This week on the (Not So) Secret Guide to Being a Berkeley Engineer we are talking about registration. Beginning this week all incoming freshman and transfer students will be registering for up to 17.5 units in preparation for Fall 2020. Almost everyone has gone through Golden Bear Advising and has heard back from their ESS adviser. Now is the time to double check your registration appointment on CalCentral and make sure your shopping cart is full and ready to go. We are excited to have Engineering Student Services adviser, Chaniqua Butscher, on the podcast to share some last minute tips, and discuss policies to keep in mind, to help you during the enrollment process.
- Day of registration troubleshooting
- Humanities and Social Sciences Requirement
- Early Drop Deadline – Open the accordion for “Enroll in/Drop a class” and click on the pdf for Early Drop Deadlines
- CalCentral registration support
- Make an appointment with your ESS adviser
- Semester in the cloud
- Course enrollment FAQ
LAURA VOGT: Hello! It’s me again, Laura Vogt, the Associate Director for Marketing and Communications for the College of Engineering and the host of the (Not So) Secret Guide to Being a Berkeley Engineer. This week I’m excited to introduce one of our Engineering Student Services advisers, Chaniqua Butscher and we are going to provide some registration tips since everyone will be registering next week. Hi Chaniqua and welcome to the podcast!
CHANIQUA BUTSCHER: Hi…
LV: Please tell us more about yourself and what your role is in ESS.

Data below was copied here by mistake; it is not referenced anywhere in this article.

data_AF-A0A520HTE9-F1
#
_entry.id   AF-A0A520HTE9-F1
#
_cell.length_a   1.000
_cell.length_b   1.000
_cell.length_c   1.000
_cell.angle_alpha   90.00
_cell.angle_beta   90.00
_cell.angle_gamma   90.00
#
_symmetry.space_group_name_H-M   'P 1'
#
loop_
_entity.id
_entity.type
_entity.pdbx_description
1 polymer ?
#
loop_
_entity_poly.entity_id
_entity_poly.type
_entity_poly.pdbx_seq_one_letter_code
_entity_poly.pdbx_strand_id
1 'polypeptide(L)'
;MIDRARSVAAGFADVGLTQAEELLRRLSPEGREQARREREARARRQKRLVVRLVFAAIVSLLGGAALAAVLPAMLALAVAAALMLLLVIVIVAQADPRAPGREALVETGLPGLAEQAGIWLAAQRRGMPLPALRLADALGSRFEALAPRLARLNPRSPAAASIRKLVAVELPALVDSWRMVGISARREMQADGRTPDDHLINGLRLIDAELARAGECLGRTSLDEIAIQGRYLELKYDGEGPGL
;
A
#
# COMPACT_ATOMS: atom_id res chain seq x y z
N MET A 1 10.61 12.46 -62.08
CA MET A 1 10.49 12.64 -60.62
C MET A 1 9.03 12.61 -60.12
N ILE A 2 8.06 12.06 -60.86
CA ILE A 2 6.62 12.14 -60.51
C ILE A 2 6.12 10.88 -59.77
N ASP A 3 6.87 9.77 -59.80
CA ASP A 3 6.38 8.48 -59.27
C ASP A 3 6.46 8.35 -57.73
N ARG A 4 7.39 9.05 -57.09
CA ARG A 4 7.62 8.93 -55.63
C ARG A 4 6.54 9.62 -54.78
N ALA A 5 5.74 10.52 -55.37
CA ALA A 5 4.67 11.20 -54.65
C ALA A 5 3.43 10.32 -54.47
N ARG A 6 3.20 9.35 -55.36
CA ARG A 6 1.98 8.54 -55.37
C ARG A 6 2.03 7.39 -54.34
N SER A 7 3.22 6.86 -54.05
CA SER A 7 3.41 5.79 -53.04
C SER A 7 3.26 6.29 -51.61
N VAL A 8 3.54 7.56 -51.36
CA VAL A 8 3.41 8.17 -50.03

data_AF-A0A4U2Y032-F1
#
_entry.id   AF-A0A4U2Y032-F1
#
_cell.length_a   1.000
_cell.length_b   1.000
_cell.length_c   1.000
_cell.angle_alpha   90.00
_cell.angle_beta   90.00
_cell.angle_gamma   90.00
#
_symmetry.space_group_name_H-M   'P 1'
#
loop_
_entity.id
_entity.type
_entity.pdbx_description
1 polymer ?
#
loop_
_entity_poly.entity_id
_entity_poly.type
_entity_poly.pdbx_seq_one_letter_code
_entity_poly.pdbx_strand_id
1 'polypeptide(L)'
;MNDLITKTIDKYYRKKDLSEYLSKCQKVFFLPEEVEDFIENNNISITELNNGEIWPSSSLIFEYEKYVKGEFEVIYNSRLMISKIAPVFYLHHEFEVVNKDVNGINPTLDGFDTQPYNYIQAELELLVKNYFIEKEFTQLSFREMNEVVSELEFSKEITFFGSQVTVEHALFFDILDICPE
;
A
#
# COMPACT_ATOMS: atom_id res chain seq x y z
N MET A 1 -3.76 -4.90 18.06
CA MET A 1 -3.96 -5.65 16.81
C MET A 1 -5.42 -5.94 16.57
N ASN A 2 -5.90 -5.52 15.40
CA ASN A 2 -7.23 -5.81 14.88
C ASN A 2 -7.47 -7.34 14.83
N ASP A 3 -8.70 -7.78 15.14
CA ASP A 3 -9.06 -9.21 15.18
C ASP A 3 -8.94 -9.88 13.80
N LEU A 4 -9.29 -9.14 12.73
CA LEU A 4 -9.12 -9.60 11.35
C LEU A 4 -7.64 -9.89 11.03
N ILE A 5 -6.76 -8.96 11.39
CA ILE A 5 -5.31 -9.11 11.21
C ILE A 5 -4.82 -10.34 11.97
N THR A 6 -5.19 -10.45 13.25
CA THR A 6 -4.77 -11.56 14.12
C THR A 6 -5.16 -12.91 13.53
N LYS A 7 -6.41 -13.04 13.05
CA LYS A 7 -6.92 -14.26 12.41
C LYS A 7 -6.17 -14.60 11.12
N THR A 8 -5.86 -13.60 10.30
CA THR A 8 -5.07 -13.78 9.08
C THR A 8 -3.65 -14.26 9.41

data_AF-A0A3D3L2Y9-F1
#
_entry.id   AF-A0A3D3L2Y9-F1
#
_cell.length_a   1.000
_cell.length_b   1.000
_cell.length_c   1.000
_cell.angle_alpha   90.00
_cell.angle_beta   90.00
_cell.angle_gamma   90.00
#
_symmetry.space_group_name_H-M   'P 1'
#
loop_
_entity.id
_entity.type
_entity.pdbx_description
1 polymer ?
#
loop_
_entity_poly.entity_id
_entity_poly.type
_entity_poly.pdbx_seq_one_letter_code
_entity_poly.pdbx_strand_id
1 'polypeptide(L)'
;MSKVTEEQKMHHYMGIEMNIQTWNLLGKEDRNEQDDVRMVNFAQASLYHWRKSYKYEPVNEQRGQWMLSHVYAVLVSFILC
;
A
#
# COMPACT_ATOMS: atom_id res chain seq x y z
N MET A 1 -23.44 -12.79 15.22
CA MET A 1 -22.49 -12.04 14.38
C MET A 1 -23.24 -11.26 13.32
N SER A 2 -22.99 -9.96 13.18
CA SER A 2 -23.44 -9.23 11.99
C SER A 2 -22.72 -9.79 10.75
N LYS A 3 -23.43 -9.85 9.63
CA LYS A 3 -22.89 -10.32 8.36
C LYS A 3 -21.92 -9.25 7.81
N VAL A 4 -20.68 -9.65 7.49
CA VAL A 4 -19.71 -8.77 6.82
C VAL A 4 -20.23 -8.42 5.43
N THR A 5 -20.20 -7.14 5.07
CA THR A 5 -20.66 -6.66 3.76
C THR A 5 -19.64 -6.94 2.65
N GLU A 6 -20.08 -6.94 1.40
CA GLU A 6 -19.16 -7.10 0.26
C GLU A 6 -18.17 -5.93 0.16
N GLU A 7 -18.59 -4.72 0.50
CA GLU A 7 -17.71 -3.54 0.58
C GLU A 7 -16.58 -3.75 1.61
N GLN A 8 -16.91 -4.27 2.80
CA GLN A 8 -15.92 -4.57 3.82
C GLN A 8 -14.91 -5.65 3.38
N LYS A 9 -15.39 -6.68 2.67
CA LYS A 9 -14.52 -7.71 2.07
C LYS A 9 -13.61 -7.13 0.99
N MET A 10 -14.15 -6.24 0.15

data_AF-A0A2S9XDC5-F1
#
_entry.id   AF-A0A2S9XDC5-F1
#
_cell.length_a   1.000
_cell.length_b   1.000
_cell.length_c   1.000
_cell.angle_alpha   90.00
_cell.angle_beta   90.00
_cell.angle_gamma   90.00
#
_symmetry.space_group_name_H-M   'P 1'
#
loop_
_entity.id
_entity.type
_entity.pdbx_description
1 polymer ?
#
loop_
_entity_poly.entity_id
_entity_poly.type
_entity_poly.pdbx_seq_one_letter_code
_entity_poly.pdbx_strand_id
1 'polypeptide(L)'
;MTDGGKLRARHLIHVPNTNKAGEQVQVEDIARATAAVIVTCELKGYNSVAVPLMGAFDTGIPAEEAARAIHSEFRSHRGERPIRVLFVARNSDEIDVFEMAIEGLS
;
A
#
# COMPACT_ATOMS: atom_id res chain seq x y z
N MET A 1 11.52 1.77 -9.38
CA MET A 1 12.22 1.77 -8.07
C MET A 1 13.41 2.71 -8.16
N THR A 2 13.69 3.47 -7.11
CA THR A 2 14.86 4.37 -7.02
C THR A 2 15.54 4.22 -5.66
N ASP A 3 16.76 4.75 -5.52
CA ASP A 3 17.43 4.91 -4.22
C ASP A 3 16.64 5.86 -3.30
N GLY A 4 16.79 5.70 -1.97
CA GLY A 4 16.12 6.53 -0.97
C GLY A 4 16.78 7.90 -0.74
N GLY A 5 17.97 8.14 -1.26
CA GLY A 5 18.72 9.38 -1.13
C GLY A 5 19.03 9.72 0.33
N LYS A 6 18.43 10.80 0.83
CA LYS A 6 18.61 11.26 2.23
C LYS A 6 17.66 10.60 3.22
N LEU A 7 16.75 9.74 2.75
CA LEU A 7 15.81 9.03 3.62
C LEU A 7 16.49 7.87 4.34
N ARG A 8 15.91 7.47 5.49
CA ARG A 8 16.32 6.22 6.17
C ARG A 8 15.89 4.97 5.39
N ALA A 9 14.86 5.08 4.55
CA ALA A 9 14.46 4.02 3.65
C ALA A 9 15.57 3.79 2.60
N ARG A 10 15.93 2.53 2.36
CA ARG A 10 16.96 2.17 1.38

CB: Adviser, majors, 15 years
LV: Thank you again for joining me today. We started doing tips and tricks together I think seven years ago! Although how we deliver the information is different some of the tips have stayed the same. So first – dates. Transfer students will be registering July 14 and freshmen July 16. Please check your CalCentral for your registration appointment time.
CB: All of you should have completed Golden Bear Advising and be working with your ESS adviser about your proposed schedules. If you haven’t yet been contacted, you will be before your registration appointment. If you have not completed GBA, then you might have a hold on your registration – and you’ll need to finish it and have your proposed schedule reviewed by your ESS adviser before you’ll be able to register. If you have any concerns or questions about a registration hold, please email your adviser or firstname.lastname@example.org.
LV: TIP #1: First of all, and very importantly, please be aware that all colleges on campus have different requirements, different deadlines and the course requirements you could fulfill with your exams might not be the same. Two examples. One: If you are rooming with a Letters and Sciences student, their minimum unit requirement is 13 units whereas the College of Engineering requires 12 units. Second example: AP English only fulfills the Reading and Composition A requirement for Engineering but fulfills A and B for Letters and Sciences. The information that you need about College of Engineering policy and requirements are on our website: engineering.berkeley.edu/guide. Have questions about what requirements AP, IB and A-Level exams fulfill? Check engineering.berkeley.edu/exams. Have questions about the Reading and Comp requirement? Check engineering.berkeley.edu/hss. If you’re ever unsure after checking our website, feel free to email your ESS adviser.